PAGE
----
DOI: 10.1002/alz.077327 ISSN: 1552-5260

Can we use machine learning to predict cognitive performance from actigraphy data? Preliminary results from the UK Biobank Study

Ryan S Falck, Teresa Liu‐Ambrose, Liisa A Galea, Roger Tam
  • Psychiatry and Mental health
  • Cellular and Molecular Neuroscience
  • Geriatrics and Gerontology
  • Neurology (clinical)
  • Developmental Neuroscience
  • Health Policy
  • Epidemiology



Circadian rhythms (i.e., the ∼24‐hour biological clock) are critical to the maintenance of the sleep‐wake cycle, and sleep‐wake disturbances are common in people at risk for cognitive decline and dementia. Several studies have identified circadian factors associated with cognitive decline using actigraphy (a common field measure for indexing the sleep‐wake cycle). However, there are currently untapped opportunities to use the power of artificial intelligence, specifically machine learning (ML), to improve our ability to identify signs of cognitive decline from actigraphy data. As a first step towards this goal, we examined the utility of two supervised ML models for predicting cognitive performance using data from the UK Biobank study.


A cross‐sectional analysis of participants in the UK Biobank study (40‐69 years at entry) with valid actigraphy data and complete cognitive data (N = 49,469). Participants completed computerized versions of Trail Making Test B‐A (TMT) and Digit Symbol Substitution Test (DSST). Actigraphy data were collected over 7 days, with average hourly movement being indexed. Along with 24‐hour actigraphy data, we included the following features in each model: age, biological sex, household income, educational attainment, smoking and alcohol intake, ethnicity, body mass index, and Townsend Deprivation Index. Seventy percent of participants were randomized to the training set, with the remaining 30% held out as a test set. We developed two separate ML models to predict cognitive performance: 1) a linear regression approach; and 2) a 3‐hidden layer (40 hidden units per layer) neural network. Model accuracy was compared using the coefficient of determination (R2).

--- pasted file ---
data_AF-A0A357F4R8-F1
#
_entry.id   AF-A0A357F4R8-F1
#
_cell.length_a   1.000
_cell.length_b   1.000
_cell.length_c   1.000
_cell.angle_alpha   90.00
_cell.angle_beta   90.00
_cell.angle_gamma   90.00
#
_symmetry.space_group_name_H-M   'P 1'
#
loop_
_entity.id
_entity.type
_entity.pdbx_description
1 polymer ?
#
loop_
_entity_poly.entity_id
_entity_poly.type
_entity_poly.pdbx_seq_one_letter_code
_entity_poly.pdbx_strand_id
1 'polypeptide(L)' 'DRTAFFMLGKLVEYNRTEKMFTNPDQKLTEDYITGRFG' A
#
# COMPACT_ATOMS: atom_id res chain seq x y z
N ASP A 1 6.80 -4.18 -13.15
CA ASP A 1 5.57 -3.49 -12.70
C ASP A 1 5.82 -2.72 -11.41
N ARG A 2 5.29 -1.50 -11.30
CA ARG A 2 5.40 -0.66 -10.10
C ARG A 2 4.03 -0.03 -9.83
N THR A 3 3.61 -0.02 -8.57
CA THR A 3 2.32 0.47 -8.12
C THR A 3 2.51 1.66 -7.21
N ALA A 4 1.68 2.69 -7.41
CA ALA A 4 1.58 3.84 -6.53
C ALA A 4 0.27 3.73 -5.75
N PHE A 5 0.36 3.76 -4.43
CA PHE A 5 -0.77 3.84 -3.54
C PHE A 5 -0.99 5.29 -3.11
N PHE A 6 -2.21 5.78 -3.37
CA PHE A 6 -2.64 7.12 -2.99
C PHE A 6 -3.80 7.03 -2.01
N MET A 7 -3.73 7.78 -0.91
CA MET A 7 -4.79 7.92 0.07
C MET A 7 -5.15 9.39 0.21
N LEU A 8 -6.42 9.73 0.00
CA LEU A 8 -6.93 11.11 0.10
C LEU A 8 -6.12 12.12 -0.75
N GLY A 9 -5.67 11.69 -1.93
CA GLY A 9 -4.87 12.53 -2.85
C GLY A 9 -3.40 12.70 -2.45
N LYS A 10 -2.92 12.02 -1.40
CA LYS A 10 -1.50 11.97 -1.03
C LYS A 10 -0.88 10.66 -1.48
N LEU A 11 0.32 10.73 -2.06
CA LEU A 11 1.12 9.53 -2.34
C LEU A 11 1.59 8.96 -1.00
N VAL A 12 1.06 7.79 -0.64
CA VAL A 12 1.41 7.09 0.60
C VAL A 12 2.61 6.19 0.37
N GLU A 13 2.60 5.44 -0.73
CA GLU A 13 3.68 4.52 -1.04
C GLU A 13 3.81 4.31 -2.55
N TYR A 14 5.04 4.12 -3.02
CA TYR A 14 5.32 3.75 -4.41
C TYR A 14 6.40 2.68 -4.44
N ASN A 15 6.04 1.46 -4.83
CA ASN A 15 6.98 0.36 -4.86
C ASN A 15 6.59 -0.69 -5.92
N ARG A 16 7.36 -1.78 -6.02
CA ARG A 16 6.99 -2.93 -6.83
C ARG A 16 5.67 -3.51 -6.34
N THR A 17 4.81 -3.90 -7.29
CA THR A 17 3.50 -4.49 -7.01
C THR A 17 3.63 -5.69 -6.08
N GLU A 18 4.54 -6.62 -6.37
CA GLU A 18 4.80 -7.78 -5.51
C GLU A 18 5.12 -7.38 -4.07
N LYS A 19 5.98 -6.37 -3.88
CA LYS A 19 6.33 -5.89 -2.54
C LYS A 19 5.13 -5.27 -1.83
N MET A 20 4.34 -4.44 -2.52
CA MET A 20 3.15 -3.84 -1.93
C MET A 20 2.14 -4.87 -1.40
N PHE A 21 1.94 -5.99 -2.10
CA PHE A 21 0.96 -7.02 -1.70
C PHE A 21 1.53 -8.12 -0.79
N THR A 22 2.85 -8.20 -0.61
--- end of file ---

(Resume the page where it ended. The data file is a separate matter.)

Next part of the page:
Mean age was 55 years (SD = 8 years) and 56% of participants were female. Average TMT time was 27.22 seconds (SD = 20.10 seconds), and mean DSST score was 20.06 (SD = 5.04). Our supervised linear regression had modest predictive ability of TMT (R2 = 8%) and DSST performance (R2 = 21%); the 3‐hidden layer neural network had similar predictive capability for both TMT (R2 = 8%) and DSST (R2 = 21%).


ML approaches for predicting cognitive performance using actigraphy data show modest capability. Further work is needed to identify how ML can be used to predict cognitive function from biometric data.

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